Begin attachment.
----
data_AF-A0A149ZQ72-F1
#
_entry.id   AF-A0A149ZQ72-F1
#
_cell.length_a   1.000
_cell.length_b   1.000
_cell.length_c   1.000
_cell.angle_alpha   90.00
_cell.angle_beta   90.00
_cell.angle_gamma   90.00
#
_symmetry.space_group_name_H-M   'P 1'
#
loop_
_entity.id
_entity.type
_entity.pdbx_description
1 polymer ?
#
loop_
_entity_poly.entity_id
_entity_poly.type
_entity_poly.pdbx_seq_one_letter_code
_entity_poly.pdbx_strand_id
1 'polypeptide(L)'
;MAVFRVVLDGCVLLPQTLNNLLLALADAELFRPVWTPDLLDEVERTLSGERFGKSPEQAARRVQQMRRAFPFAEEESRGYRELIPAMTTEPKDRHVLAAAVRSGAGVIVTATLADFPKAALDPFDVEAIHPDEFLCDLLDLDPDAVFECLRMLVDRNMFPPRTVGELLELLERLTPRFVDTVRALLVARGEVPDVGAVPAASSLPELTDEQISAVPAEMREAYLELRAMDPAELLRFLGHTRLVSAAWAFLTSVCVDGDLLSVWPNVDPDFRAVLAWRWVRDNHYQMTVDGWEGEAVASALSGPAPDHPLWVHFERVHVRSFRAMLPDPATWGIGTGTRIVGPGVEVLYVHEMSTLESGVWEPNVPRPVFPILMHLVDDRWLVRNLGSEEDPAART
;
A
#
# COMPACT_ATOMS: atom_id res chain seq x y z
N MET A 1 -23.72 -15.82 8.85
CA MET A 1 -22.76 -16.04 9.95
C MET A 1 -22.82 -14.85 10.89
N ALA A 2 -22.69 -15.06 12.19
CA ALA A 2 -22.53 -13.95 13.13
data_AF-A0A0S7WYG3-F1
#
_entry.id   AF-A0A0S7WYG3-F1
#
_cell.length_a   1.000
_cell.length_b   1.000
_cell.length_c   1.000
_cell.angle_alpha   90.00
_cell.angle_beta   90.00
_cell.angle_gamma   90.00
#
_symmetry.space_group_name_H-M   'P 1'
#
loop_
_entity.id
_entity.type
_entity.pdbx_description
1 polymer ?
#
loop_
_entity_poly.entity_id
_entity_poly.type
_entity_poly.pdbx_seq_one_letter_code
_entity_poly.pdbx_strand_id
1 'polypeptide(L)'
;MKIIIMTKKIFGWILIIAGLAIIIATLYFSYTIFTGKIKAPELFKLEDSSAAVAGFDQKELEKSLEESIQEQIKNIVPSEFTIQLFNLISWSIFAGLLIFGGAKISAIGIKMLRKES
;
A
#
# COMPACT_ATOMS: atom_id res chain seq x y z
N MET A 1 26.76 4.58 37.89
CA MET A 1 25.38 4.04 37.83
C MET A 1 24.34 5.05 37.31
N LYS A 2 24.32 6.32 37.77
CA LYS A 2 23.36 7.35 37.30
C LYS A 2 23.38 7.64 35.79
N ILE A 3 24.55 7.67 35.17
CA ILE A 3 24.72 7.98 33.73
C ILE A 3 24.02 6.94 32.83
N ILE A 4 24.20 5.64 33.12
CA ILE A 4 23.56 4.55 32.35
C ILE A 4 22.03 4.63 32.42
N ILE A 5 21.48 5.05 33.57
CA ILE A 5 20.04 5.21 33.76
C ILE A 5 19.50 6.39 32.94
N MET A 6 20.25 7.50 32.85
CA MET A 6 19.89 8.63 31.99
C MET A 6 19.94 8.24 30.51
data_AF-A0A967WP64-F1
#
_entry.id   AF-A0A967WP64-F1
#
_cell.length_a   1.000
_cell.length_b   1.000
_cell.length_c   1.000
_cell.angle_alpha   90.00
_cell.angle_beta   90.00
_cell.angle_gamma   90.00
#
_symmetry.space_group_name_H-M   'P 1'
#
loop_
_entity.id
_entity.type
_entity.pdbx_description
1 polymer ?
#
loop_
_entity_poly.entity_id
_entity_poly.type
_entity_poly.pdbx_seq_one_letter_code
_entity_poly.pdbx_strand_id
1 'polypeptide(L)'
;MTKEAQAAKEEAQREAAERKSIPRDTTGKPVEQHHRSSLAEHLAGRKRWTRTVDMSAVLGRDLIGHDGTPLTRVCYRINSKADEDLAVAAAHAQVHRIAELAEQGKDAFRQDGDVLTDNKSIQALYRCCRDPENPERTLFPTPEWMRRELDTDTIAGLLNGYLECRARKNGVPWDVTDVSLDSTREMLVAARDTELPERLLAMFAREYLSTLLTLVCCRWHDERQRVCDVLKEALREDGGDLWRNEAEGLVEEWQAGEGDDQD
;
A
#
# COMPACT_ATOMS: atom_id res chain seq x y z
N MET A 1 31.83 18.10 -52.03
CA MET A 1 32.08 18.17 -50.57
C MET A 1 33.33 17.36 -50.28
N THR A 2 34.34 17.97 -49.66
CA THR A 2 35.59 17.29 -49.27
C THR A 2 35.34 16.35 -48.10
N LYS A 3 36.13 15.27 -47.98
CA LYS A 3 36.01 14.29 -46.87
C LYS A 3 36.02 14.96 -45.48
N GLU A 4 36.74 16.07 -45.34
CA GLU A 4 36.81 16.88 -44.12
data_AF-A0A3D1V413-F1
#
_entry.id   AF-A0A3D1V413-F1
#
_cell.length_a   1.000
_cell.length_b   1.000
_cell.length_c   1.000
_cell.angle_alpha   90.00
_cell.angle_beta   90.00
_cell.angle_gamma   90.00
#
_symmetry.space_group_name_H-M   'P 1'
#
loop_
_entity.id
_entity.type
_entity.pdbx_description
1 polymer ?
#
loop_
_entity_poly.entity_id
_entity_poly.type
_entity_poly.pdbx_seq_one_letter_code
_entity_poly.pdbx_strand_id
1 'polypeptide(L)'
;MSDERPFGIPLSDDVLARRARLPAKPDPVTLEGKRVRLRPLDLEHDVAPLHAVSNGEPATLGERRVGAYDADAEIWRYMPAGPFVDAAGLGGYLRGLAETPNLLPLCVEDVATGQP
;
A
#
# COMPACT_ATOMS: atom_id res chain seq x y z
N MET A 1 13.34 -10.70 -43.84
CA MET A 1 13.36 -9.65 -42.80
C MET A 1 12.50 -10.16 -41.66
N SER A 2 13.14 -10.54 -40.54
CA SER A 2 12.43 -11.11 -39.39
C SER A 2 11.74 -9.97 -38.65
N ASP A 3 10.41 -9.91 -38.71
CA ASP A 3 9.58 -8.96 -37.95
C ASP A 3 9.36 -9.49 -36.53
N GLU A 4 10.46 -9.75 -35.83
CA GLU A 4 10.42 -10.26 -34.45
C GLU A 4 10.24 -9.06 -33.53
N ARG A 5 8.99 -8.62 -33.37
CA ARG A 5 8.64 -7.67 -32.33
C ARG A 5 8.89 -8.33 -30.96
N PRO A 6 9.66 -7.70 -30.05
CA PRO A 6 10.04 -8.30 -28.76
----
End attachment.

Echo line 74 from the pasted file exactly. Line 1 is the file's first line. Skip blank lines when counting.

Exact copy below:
C ILE A 3 24.02 6.94 32.83